With millions of books, serials, and other documents now digitized, rich troves of information and culture can now be made available to anyone in the world with an Internet connection. But these riches are worthless if they cannot be found, accessed, and eﬀectively used by the readers who need them. The key to unlock these treasures is metadata. Networked computing enables techniques for making metadata more eﬀective than ever; yet in practice, online collections all too often either do not have or do not take full advantage of the best metadata they could use.
There is much ongoing work harnessing metadata to improve online book discovery, access, and usability. Online book discovery is being enhanced with concept-oriented catalogs of various kinds, including browsable maps relating millions of subjects and associated books. Copyright metadata is starting to open access to many books that had been needlessly withheld from the public, while also reducing the risk of inadvertent infringement. Structural and relational metadata and annotations are making complex works much more usable than they were when they were represented as a mishmash of volumes.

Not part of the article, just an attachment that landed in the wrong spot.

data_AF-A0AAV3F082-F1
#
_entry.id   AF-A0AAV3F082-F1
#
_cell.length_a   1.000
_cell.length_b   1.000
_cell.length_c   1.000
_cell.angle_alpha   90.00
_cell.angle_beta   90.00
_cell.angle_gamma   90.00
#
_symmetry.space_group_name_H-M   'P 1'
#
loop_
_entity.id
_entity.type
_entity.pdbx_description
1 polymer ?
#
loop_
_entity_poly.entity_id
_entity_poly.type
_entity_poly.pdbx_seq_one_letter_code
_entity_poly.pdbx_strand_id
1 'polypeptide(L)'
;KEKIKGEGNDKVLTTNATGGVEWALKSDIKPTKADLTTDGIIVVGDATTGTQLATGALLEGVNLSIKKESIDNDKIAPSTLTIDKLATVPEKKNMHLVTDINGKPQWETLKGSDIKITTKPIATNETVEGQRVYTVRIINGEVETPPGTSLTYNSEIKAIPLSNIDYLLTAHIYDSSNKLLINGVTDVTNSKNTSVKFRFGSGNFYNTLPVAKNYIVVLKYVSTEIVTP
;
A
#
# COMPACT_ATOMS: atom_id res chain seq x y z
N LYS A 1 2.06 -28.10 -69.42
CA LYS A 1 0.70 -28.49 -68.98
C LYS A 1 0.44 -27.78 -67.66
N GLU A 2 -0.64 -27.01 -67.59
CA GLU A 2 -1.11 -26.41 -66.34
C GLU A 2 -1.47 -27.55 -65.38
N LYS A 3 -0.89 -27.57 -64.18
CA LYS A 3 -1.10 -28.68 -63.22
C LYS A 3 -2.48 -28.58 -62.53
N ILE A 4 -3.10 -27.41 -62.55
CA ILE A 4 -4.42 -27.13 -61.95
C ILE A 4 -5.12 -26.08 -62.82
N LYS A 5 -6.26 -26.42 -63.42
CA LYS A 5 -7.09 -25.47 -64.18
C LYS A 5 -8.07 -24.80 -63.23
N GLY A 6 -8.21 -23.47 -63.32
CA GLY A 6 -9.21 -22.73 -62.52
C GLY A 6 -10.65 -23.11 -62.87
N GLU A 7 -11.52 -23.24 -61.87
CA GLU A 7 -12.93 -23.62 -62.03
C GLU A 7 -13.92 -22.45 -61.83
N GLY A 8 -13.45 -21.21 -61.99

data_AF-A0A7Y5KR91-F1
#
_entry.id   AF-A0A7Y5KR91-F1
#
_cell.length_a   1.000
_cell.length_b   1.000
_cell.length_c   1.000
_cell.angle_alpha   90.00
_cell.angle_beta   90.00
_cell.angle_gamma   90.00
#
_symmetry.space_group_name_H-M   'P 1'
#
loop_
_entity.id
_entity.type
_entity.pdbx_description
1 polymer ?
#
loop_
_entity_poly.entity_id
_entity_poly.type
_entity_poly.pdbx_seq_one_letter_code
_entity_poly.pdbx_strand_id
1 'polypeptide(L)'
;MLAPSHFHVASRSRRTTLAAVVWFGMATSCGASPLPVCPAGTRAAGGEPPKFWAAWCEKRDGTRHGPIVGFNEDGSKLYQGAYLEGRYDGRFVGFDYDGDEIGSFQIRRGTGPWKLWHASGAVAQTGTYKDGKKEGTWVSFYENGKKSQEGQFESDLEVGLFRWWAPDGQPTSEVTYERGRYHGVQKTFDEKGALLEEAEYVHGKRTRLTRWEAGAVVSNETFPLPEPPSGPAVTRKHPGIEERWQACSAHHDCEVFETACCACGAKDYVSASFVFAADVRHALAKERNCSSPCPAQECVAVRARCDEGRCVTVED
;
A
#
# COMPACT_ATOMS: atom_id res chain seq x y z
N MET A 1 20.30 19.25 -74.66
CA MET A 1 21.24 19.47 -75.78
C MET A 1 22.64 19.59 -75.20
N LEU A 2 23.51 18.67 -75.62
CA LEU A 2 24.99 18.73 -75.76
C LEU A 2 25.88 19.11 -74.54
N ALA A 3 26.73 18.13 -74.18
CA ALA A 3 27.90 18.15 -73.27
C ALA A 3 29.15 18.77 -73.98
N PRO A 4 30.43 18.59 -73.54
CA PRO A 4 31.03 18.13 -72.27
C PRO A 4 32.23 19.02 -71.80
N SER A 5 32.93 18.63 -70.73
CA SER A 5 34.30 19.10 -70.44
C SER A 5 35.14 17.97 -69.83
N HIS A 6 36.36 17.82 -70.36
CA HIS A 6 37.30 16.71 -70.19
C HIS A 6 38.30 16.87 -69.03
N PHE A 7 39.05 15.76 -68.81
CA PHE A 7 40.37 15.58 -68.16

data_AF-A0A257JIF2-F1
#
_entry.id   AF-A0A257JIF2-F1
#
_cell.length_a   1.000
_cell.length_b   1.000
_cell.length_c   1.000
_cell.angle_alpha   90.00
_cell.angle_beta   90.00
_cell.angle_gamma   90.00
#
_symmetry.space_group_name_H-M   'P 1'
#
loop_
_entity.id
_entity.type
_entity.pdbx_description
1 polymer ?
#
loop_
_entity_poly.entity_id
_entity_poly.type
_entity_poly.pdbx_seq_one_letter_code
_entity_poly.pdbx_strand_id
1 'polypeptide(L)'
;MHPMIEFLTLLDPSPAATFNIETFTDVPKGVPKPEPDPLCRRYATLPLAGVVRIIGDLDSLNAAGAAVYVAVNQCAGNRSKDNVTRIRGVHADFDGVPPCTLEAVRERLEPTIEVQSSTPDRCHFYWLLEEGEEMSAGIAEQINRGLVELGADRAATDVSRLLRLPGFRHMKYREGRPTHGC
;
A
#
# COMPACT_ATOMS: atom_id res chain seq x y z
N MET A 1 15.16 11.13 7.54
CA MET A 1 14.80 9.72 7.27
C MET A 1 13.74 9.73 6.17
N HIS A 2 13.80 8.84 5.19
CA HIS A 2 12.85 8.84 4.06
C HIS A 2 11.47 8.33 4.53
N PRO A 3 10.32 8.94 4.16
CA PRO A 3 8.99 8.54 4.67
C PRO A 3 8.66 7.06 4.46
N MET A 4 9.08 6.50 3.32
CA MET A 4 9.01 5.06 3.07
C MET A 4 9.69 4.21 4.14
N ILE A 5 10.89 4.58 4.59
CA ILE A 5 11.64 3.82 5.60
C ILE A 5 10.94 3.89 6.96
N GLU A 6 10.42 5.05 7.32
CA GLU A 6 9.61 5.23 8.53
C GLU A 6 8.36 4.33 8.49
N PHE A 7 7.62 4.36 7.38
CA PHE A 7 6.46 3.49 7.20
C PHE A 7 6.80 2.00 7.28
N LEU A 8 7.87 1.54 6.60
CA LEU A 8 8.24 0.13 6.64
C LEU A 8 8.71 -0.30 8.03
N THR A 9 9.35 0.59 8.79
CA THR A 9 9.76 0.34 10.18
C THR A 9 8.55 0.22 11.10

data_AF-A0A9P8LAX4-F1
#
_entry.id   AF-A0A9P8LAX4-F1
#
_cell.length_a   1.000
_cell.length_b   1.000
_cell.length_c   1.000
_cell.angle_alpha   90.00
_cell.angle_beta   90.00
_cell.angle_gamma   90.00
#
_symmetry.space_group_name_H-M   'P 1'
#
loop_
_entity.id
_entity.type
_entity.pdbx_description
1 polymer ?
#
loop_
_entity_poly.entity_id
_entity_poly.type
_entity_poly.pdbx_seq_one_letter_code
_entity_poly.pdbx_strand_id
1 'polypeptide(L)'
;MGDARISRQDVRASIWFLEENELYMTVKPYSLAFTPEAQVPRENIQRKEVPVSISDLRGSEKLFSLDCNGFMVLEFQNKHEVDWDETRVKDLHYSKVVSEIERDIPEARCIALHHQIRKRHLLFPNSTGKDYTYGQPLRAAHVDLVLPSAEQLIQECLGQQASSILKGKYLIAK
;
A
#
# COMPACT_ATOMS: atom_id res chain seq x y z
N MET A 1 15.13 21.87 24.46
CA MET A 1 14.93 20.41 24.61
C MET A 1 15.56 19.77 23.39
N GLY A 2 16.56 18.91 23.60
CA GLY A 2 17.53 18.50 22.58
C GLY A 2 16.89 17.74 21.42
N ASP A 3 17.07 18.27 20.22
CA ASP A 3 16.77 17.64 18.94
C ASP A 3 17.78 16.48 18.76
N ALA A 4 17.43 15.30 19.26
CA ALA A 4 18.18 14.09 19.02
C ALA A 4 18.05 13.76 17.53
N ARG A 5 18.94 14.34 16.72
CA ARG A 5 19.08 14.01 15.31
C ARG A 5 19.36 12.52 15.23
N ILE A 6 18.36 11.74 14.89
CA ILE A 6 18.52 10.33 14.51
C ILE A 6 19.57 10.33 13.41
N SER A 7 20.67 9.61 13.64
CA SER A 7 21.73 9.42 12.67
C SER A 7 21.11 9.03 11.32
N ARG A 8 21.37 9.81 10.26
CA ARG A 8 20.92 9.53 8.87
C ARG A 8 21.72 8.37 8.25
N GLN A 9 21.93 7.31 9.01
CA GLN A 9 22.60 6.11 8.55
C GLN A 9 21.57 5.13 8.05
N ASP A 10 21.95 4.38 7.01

Using metadata eﬀectively in multi-million-volume collections poses special problems of scale. Solving these problems requires considered application of both library science and computer science. It also requires harnessing the collective intelligence of readers, writers, librarians, and publishers. Wise metadata management policies, including open data sharing, can promote the eﬀective aggregation of human and machine intelligence at the scale we will need. This talk will demonstrate and describe ways in which we can meet the metadata challenges of large-scale online libraries both now and in the future.
[This record of the presentation consists of the slides, and the notes for the talk. The notes only partially reflect the talk as delivered.]
- digital books
Available at: http://works.bepress.com/john_mark_ockerbloom/13/